The Potager

The Potager

Monday, August 10, 2015

cheery cherry tomatoes (and a recipe)

What gardener doesn't love a cherry tomato plant? While you wistfully gaze at those big green tomatoes, willing them to ripen, the cherry tomato is already giving you sweet little gems to munch on. Anyone who has grown cherry tomatoes knows that for a family of two, one cherry tomato plant will suffice. Maybe two.
We have five. Yes, five cherry tomato plants.
You may ask why we planted five cherry tomato plants.
And we would tell you we didn't plant any cherry tomato plants. When we went out to plant in the garden in the spring, there were tomato plants everywhere. We knew that they must have been from last year's cherry tomato plant, because, quite frankly, it got away from us last year. Lesson learned - you do not need to plant cherry tomatoes in March, because the seeds winter-over just fine. the plants grow in early spring and produce cherry tomatoes the same time as  everyone else's cherry tomatoes, that were bought at a green house, start producing cherry tomatoes.

We have five. That is, we have five that we are tending to. There are more growing outside the potager that we missed during weeding that are growing just fine. If we tried to plant out there, the deer and the ground hogs would decimate them, but there they are. Maybe the deer and ground hogs had their fill of them also.
 Hubby transplanted two, I found a bunch of tomato plants growing in my asparagus and left three. Two of the three were cherry tomatoes. I have read that asparagus and tomatoes are good companion plants. So far, it seems that the asparagus is holding up the tomato plant and the tomato plant is supporting the asparagus. I usually have to tie up my asparagus ferns by this time in the season, but not  this year.
In June, when I looked under the row cover protecting my kale,  I found a healthy cherry tomato plant already in bloom, so I removed the row cover and left it. That was a death sentence for my poor kale, which got infected with cabbage moths. But the tomato did fine.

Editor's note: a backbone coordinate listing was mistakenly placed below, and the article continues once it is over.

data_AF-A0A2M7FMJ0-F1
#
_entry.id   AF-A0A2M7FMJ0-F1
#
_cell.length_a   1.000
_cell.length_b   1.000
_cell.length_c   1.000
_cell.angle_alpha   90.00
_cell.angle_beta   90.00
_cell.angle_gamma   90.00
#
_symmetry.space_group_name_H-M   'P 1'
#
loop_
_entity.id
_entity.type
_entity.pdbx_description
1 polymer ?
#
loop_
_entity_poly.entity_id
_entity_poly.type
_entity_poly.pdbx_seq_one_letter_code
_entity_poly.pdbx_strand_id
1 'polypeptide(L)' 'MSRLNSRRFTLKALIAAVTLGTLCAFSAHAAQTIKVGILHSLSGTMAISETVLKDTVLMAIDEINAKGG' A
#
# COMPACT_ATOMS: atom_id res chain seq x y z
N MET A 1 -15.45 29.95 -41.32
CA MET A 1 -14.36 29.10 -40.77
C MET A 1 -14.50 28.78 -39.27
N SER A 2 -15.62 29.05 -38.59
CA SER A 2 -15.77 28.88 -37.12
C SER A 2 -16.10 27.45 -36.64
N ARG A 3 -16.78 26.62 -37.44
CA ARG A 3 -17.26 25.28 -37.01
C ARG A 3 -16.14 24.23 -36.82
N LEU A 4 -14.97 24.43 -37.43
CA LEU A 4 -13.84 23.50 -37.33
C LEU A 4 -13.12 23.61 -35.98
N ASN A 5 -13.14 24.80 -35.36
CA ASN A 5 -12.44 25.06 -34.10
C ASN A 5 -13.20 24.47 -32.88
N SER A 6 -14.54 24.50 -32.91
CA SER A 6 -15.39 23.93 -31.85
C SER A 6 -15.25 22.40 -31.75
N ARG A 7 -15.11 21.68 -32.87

We also pulled out scores of others and continue doing so to this day.

Last year we planted super sweet 100 and a grape tomato. We have no grape tomatoes, but we do have one that is larger than the other cherry tomatoes. We think it is a campari tomato that came from the compost pile. No grape tomatoes came up, so we believe the rest of our cherry tomatoes to be super sweet 100 cherry tomatoes. Or a variation thereof.
So what happens when two people have five cherry tomato plants?
You end up with a lot of cherry tomatoes!
I think we will all agree that the best way to eat a cherry tomato is to pluck it off the plant while gardening and plop it in your mouth. We do that. Often.
The second best way would be in salad. Cherry tomatoes don't make your salad soggy like a cut up tomato does. We make a lot of salads.
My third favorite way would be to roast them and make a pasta sauce.
This is so easy to do. Simply pile them on a baking sheet lined with parchment paper (for easy clean up) and add what ever you want - in this instance fresh garlic and peppers from the garden. Toss all with olive oil and season with salt and pepper. Roast in a 400 degree oven until all the skins have burst.
Then add fresh herbs (basil! oregano! thyme! parsley!) and cook a bit longer. This smells divine!
Toss with whole grain pasta and grate Parmesan cheese on top!  Perfect recipe for Meatless Monday!
Or, if you don't want to eat meatless, grill up some sausages and slice them into your pasta. You will be amazed at how good this is!

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